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Censorship in the People's Republic of China

Censorship in the [People's Republic of China] (PRC) is implemented or mandated by the PRC's ruling party, the [Communist Party of China] (CPC). The [special administrative region] s of Hong Kong and [Macau] have their own [legal] systems and are largely self-governing, so these censorship policies do not apply there.

Notable censored subjects include but are not limited to, [democracy] , the [Tiananmen Square protests of 1989] , [Falun Gong] , [Tibetan independence] , [Taiwan independence] , [police brutality] , [anarchism] , [pornography] , news sources that report on these issues, religious content, and many other websites.

Censored media include essentially all capable of reaching a wide audience including [television] , [print media] , [radio] , [film] , [theater] , [text messaging] , [instant messaging] , [video games] , [literature] and the [Internet] .

[Reporters Without Borders] ranks China's press situation as "very serious", the worst ranking on their five-point scale. China's Internet censorship policy is labeled as "pervasive" by the [OpenNet Initiative] 's global Internet filtering map, also the worst ranking used. [Freedom House] ranks the press there as "not free", the worst ranking, saying that "state control over the news media in China is achieved through a complex combination of party monitoring of news content, legal restrictions on journalists, and financial incentives for self-censorship."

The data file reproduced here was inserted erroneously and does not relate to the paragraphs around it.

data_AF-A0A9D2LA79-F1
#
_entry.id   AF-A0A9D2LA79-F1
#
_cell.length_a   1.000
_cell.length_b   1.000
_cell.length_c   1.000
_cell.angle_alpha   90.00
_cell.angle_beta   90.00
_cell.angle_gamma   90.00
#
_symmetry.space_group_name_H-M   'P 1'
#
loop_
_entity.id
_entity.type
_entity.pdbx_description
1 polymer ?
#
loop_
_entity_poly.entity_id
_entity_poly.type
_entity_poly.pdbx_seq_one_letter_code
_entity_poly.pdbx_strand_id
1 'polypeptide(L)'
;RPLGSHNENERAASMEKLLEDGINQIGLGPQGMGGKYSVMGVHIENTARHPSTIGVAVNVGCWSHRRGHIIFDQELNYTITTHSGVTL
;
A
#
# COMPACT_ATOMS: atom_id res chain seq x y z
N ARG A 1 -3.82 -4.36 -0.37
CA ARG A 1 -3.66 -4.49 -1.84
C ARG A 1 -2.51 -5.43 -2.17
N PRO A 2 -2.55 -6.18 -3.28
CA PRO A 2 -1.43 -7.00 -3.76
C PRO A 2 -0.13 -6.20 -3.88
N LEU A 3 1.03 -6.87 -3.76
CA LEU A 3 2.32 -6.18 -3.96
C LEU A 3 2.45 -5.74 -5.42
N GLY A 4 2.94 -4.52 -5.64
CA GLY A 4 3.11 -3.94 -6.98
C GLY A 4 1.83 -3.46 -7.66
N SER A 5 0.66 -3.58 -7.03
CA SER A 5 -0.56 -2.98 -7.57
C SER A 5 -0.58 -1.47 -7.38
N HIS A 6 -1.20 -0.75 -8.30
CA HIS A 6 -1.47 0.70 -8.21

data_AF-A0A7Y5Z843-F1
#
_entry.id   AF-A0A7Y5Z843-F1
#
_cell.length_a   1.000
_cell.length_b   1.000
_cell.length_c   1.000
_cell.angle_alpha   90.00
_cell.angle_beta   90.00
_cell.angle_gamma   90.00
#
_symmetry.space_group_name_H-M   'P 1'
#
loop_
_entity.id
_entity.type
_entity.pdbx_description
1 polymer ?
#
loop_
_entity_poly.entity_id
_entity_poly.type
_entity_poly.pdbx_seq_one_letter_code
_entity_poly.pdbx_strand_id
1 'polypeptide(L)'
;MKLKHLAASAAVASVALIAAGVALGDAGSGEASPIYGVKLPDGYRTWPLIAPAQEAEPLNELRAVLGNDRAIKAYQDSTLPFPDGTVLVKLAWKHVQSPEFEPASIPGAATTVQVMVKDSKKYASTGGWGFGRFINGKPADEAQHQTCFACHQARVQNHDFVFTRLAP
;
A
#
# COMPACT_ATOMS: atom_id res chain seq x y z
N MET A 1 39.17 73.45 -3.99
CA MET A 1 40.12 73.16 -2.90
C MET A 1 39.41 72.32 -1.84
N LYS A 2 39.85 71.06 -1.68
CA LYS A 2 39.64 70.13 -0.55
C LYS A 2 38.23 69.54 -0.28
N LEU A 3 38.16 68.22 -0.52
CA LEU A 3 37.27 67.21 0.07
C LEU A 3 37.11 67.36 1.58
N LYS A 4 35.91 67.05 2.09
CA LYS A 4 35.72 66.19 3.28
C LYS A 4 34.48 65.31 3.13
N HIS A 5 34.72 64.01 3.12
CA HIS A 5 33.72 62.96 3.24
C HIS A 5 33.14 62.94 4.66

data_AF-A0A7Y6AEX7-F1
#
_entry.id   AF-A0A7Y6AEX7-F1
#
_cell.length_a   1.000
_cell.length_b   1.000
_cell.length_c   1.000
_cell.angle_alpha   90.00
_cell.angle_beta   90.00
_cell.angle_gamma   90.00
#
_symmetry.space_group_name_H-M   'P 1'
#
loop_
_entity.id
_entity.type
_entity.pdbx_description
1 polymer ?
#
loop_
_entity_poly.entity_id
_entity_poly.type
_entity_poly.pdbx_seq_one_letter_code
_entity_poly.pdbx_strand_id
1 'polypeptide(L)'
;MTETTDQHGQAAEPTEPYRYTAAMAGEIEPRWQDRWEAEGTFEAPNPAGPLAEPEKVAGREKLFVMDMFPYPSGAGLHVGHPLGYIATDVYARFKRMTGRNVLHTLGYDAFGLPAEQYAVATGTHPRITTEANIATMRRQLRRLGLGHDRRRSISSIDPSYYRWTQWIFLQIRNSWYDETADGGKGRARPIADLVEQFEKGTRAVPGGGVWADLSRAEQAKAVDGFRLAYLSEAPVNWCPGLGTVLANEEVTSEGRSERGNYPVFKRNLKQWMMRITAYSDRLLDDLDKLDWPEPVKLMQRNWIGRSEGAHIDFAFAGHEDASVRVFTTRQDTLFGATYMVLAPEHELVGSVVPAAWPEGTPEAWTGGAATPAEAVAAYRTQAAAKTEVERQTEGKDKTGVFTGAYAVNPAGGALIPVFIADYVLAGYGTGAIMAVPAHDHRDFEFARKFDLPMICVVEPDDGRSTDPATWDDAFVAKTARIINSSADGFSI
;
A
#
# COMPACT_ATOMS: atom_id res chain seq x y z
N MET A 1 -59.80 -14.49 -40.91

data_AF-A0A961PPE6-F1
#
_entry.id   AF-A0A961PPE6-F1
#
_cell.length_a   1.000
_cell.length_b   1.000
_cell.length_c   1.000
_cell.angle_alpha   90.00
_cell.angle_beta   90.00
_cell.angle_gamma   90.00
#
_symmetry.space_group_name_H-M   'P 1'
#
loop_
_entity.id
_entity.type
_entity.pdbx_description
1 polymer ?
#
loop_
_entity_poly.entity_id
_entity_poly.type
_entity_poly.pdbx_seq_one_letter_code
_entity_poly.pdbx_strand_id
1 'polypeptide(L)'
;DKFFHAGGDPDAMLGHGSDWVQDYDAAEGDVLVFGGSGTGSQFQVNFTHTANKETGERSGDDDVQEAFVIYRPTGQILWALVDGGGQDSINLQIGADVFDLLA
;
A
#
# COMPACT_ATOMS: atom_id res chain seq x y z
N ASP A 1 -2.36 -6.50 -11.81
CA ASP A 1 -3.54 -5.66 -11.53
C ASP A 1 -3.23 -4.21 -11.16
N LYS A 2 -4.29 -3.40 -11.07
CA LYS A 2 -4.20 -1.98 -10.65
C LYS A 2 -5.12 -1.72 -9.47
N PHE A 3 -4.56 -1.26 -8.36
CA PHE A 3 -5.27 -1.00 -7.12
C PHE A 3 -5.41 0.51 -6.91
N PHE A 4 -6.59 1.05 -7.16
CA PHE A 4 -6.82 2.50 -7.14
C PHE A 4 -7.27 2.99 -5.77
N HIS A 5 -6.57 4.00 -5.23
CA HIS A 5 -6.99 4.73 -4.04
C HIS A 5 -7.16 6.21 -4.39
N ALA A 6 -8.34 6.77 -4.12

Subject matter and agenda

Censorship in the PRC encompasses a wide range of subject matter. The agendas behind such censorship are varied; some are stated outright by the Chinese government itself and some are surmised by observers inside and out of the country.

Political

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